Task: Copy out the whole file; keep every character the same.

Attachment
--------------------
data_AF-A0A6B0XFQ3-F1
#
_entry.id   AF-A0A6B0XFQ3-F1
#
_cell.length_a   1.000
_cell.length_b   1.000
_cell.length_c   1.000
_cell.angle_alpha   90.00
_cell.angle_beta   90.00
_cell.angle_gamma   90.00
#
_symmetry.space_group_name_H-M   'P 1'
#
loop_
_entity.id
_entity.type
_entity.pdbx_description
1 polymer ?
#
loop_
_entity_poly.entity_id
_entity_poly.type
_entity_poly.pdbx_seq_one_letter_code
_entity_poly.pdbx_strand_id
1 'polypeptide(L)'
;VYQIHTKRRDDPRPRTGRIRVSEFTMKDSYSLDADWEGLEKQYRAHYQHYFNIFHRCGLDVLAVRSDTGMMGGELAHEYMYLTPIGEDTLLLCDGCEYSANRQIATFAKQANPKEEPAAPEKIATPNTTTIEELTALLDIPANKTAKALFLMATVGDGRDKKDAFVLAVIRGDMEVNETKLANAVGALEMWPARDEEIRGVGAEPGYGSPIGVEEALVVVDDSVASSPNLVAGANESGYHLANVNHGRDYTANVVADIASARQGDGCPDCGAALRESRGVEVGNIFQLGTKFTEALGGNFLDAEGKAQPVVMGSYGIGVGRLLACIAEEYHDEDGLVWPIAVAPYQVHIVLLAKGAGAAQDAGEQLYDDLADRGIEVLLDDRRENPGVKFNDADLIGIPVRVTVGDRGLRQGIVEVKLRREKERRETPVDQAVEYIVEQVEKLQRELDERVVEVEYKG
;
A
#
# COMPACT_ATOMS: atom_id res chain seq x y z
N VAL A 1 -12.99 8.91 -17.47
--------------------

data_AF-A0A6B0XFQ3-F1
#
_entry.id   AF-A0A6B0XFQ3-F1
#
_cell.length_a   1.000
_cell.length_b   1.000
_cell.length_c   1.000
_cell.angle_alpha   90.00
_cell.angle_beta   90.00
_cell.angle_gamma   90.00
#
_symmetry.space_group_name_H-M   'P 1'
#
loop_
_entity.id
_entity.type
_entity.pdbx_description
1 polymer ?
#
loop_
_entity_poly.entity_id
_entity_poly.type
_entity_poly.pdbx_seq_one_letter_code
_entity_poly.pdbx_strand_id
1 'polypeptide(L)'
;VYQIHTKRRDDPRPRTGRIRVSEFTMKDSYSLDADWEGLEKQYRAHYQHYFNIFHRCGLDVLAVRSDTGMMGGELAHEYMYLTPIGEDTLLLCDGCEYSANRQIATFAKQANPKEEPAAPEKIATPNTTTIEELTALLDIPANKTAKALFLMATVGDGRDKKDAFVLAVIRGDMEVNETKLANAVGALEMWPARDEEIRGVGAEPGYGSPIGVEEALVVVDDSVASSPNLVAGANESGYHLANVNHGRDYTANVVADIASARQGDGCPDCGAALRESRGVEVGNIFQLGTKFTEALGGNFLDAEGKAQPVVMGSYGIGVGRLLACIAEEYHDEDGLVWPIAVAPYQVHIVLLAKGAGAAQDAGEQLYDDLADRGIEVLLDDRRENPGVKFNDADLIGIPVRVTVGDRGLRQGIVEVKLRREKERRETPVDQAVEYIVEQVEKLQRELDERVVEVEYKG
;
A
#
# COMPACT_ATOMS: atom_id res chain seq x y z
N VAL A 1 -12.99 8.91 -17.47